What Color Are Zebras?
Zebras, iconic inhabitants of the African savanna, are immediately distinguishable by their mesmerizing black and white stripes. Beyond their aesthetic charm, zebra stripes play pivotal roles in their survival, contributing to camouflage, social communication, and protection against parasites. While the black and white stripes are one of the most conspicuous feature of zebras, the intriguing question of their actual base color remains at the center of an ongoing debate.
The following article by thedailyECO explores the true color of zebras, the evolutionary significance of their stripes, and impact on their survival.
Do zebras have striped skin or fur?
Zebras have striped fur, not striped skin. The stripes on a zebra's body are a result of pigmentation in their fur, specifically in the form of alternating black and white stripes. Underneath the fur, their skin is a single color, usually black.
The zebra's distinctive fur patterning is the result of specialized pigment cells called melanocytes. Unlike human hair, zebra fur consists of individual hair follicles, each containing melanin-producing melanocytes. The concentration and distribution of these melanocytes determine the color of each stripe.
When melanocytes produce high levels of eumelanin, the dark pigment that gives skin its color, the fur appears black. When melanocytes produce lower levels or no melanin, the fur appears white. This alternating distribution of melanocytes creates the zebra's distinctive black and white stripes.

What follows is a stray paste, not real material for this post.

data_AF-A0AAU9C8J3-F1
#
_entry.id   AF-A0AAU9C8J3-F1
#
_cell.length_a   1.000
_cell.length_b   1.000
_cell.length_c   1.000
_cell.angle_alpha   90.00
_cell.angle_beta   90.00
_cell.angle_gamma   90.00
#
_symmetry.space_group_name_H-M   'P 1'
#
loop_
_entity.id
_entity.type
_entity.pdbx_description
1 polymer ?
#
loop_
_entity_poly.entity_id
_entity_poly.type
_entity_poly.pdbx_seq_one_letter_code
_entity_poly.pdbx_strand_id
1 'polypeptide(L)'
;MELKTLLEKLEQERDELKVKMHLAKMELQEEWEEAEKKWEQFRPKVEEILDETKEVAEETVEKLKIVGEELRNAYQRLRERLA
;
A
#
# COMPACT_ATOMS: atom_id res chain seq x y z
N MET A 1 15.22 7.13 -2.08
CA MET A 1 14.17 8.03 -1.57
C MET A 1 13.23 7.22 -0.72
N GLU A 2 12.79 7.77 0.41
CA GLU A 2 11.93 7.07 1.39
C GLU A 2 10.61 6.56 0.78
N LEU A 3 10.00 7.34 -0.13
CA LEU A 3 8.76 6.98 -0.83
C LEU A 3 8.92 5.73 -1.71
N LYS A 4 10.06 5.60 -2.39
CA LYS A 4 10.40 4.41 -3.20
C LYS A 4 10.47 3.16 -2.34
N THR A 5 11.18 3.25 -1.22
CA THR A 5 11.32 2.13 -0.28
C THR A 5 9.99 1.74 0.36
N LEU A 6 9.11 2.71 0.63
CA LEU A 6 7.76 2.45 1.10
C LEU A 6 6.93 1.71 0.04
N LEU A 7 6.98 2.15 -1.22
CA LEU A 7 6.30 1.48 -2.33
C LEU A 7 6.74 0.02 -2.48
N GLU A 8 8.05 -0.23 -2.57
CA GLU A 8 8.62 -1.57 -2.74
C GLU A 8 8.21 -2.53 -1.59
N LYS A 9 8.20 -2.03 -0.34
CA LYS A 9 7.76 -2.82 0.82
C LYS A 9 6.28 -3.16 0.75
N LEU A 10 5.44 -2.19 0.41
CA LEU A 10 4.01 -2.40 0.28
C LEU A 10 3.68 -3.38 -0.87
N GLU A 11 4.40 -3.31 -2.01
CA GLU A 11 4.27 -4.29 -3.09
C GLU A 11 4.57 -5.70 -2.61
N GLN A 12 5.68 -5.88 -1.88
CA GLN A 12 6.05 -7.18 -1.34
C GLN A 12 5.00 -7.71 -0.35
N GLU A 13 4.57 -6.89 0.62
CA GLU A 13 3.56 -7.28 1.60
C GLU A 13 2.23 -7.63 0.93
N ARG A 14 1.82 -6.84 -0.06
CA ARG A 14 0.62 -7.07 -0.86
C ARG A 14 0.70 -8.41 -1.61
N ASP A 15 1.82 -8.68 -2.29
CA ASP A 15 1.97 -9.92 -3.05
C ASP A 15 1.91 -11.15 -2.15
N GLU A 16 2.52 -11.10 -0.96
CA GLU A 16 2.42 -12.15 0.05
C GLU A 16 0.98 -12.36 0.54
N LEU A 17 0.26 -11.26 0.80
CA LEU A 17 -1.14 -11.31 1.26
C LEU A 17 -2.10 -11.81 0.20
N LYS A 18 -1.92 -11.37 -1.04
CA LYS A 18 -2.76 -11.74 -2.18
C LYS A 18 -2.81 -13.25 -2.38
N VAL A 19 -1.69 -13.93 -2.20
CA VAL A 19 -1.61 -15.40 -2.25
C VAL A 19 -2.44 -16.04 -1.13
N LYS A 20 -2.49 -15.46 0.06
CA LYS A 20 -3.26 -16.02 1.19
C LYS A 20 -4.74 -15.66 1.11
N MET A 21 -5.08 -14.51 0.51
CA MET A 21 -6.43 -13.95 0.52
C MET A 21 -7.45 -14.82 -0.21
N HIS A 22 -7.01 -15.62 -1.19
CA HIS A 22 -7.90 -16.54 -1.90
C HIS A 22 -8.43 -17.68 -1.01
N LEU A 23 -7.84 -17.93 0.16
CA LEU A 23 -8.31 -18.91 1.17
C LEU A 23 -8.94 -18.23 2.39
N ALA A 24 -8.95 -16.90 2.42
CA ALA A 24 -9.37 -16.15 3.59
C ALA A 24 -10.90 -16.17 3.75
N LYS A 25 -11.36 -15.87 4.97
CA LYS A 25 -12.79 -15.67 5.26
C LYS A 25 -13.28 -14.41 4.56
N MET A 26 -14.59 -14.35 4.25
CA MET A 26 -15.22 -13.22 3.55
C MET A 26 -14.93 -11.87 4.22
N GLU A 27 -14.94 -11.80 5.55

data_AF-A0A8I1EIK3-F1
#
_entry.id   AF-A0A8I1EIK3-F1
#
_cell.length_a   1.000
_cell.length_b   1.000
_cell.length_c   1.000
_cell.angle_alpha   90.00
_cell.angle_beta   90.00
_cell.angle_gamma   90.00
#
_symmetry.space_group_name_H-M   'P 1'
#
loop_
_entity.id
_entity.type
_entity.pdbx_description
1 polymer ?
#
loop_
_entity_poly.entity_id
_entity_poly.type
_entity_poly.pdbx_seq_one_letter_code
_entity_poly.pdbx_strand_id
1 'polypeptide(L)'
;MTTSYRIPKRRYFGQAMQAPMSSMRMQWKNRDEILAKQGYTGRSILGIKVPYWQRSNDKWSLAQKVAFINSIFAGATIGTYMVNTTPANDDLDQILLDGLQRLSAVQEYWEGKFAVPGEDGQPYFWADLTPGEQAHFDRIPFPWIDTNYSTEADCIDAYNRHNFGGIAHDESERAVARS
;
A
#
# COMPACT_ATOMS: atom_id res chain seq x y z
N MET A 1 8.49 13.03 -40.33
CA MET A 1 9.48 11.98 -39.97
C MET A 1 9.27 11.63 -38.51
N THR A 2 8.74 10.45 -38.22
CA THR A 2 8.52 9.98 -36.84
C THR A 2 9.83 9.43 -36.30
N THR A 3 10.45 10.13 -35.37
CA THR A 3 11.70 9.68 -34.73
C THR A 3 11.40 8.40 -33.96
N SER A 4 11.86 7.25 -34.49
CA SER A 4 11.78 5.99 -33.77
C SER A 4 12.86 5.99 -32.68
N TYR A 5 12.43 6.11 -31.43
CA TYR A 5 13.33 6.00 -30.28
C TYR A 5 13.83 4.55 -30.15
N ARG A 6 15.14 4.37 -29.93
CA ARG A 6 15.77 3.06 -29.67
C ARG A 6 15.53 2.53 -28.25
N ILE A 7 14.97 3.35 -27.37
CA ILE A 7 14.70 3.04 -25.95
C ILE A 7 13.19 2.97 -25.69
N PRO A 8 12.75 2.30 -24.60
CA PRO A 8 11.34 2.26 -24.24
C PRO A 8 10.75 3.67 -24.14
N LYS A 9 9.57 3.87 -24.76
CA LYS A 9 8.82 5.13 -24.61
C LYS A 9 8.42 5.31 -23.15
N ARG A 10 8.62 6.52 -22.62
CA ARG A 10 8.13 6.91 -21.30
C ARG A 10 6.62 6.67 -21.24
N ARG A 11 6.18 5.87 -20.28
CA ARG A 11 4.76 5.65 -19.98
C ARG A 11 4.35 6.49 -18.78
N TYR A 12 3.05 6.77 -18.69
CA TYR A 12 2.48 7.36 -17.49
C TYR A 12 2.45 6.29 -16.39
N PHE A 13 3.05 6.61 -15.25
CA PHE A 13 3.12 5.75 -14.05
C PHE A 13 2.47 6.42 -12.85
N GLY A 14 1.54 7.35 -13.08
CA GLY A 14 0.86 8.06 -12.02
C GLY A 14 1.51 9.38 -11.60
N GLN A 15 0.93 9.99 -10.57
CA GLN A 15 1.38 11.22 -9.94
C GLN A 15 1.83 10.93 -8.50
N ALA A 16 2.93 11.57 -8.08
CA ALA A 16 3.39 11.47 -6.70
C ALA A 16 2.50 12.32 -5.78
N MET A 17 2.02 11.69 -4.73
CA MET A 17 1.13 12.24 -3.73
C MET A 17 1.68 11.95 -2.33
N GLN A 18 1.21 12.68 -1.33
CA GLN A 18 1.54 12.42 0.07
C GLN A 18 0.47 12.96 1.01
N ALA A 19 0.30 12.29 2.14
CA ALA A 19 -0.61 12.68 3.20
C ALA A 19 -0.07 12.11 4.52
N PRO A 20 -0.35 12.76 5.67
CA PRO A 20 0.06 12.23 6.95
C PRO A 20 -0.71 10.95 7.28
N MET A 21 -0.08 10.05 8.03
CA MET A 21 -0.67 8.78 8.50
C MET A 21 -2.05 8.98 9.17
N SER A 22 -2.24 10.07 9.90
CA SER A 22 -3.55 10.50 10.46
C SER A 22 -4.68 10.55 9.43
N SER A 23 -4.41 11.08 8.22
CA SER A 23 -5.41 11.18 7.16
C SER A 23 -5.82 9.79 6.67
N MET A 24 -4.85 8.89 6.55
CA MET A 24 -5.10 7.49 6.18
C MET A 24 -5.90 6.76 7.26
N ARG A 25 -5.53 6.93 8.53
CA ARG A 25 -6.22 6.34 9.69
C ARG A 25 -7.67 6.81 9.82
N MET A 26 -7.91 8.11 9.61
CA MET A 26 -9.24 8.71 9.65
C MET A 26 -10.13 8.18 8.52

What color is the fur of zebras?
The base color of zebra fur is a combination of black stripes on a background of white or tan. The exact shade of these colors can vary among species, with Grévy's zebras exhibiting broader, black stripes on a reddish-brown background, while plains zebras feature narrower stripes on a grayish-brown background.
The specific arrangement and width of the stripes can also vary significantly among individuals within a species. This unique pattern serves as a form of identification, allowing zebras to recognize each other within their herds, particularly in large groups where visual cues are crucial for communication and coordination.
Do all zebras have the same number of stripes?
Zebras are not a monolithic group; their stripe patterns can vary significantly, both within species and across different species. Each zebra possesses a unique stripe pattern, just like a human fingerprint, making them easily identifiable among their kind.
This intricate diversity is further enhanced by the distinct stripe configurations of different zebra species. Plains Zebras (Equus quagga) typically have the most stripes, with an average of 80-90. Grévy's Zebras (Equus grevyi) have fewer stripes, averaging 50-70, while Mountain Zebras (Equus zebra) have the fewest, typically 40-60 stripes. It's crucial to remember that these are just averages, and the actual number of stripes can vary significantly among individuals within each species. Some zebras may have more or fewer stripes than the average, and the number can also change with age and sex.
Why do zebras have stripes on their body?